Place the tops back onto the croissants and spread about 1 tbsp of the pistachio cream over each of the tops. Sprinkle the chopped pistachios on top.

Bake for 12-15 minutes, then transfer onto a cooling rack and dust generously with icing sugar.

Saturday 2 March 2013

Croissants Part I: Bourke Street Bakery croissants

I have mentioned previously on this blog that as a student I was fortunate enough to spend a year living in Nice, in the south of France.  I shared a cosy little flat there, just a stone’s throw from the beach, with an English girl who seemed (to me at least) to have French men falling at her feet.  Not that I can blame them, she was lovely, with the added bonus of having  legs that went on for miles and glossy blonde hair, both of which always seem to help when it comes to the male of the species.  I, on the other hand, was, well I think it would be fair to say that I was still trying to outgrow the shyness and awkwardness I had acquired during my teens!  So whilst my flatmate would happily mingle at sophisticated soirees, practising her French with grownups who oozed Gallic elegance and swooned over her English accent, I was far more at ease improving my grasp of the language with the help of the two babbling eight-year old French girls I babysat, whiling away the hours watching inane French children’s programmes with them.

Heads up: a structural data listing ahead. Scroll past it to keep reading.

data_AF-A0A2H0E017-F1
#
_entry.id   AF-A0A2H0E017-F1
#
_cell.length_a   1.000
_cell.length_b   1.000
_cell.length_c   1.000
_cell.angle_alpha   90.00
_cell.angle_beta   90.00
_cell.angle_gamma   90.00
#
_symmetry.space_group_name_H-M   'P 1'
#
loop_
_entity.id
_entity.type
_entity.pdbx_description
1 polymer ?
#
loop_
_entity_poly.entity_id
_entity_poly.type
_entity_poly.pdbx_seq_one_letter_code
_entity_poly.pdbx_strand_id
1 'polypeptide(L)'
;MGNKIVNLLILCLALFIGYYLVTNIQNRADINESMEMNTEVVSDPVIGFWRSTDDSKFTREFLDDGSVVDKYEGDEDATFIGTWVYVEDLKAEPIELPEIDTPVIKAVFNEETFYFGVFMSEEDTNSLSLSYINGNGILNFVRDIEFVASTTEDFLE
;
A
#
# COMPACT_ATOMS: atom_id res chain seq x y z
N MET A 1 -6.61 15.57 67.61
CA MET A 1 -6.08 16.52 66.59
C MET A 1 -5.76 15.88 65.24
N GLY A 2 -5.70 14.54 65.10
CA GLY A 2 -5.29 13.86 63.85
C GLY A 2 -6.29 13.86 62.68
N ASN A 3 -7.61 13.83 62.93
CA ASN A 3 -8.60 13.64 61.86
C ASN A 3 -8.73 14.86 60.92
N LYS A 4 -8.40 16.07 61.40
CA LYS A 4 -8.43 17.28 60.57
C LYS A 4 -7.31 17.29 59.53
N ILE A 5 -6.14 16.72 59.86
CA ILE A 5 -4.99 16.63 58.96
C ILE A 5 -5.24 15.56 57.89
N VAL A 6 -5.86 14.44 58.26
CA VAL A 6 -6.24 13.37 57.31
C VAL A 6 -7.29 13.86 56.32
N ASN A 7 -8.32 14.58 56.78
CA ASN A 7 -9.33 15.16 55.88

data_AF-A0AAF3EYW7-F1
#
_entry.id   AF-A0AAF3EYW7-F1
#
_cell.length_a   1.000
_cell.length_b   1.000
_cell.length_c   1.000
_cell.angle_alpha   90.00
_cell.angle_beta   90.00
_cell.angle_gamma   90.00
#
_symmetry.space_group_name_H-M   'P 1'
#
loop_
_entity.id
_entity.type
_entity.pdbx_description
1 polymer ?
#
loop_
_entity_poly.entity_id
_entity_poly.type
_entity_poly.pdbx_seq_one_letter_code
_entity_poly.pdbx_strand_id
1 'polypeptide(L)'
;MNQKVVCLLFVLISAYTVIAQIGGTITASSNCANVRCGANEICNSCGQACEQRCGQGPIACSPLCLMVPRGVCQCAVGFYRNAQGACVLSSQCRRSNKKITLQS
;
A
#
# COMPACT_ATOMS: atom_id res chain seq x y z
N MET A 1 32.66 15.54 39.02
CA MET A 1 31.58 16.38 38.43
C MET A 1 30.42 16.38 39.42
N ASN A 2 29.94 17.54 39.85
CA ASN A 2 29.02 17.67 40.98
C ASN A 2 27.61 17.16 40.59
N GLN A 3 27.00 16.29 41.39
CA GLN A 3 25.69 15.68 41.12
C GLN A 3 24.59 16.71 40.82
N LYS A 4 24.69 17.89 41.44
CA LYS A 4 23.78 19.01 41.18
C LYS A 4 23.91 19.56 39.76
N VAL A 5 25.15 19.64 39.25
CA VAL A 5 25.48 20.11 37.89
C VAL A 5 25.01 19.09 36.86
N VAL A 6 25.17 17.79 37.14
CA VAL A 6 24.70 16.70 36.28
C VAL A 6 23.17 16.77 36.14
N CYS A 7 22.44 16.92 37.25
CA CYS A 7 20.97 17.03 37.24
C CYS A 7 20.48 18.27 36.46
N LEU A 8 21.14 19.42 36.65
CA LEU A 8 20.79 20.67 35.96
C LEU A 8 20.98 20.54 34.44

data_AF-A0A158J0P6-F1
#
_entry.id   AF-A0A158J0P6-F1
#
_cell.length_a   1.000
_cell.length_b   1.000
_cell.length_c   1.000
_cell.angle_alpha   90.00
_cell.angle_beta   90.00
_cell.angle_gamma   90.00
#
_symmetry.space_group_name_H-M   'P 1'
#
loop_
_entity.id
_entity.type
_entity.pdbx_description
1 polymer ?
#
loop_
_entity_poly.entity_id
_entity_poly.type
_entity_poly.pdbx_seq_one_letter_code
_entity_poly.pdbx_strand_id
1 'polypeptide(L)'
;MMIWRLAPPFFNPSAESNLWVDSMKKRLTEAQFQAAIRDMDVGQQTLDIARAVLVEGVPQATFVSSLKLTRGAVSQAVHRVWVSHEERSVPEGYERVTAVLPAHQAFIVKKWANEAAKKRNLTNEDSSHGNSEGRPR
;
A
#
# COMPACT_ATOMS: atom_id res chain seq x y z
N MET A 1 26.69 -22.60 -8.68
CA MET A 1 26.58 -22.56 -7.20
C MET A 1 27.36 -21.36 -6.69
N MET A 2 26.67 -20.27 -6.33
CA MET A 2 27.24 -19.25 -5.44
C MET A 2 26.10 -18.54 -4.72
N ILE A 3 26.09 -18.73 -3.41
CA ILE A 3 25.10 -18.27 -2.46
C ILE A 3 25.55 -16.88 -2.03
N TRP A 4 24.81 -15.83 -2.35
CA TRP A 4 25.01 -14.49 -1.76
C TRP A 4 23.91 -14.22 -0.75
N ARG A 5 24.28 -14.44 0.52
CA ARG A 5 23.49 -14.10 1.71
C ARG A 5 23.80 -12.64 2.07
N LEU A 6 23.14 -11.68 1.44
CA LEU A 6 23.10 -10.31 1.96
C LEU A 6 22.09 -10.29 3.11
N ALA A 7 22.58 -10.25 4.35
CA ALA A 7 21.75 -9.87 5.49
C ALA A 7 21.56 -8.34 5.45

One ritual that my flatmate and I did share together though was our Sunday afternoons.  There was a little artisan bakery at the end of our street (just as there’s an artisan bakery down the end of pretty much every street in France), so each Sunday, my flatmate would mosey on down to the bakery and choose two of some kind of delectable French patisserie or viennoiserie for us to feast on: macarons, millefeuilles, tarte aux pommes, pain au chocolat, palmiers, or whatever else had just emerged freshly-baked from the oven.

Whilst I hope I have outgrown the awkward, shy young girl that I was in France (although to my dismay I am still neither leggy nor blonde), I know I will never outgrow my love of French pastries, so recently I thought I would try to recreate the deliciously flaky, buttery croissants that are so readily available there, yet seem to be such a precious commodity here in England.  After extensive research, I settled on a recipe by the Bourke Street Bakery (ironically, they’re Australian); it had received great reviews from fellow bloggers and, for someone who’s never made croissants before, the recipe looked straightforward enough.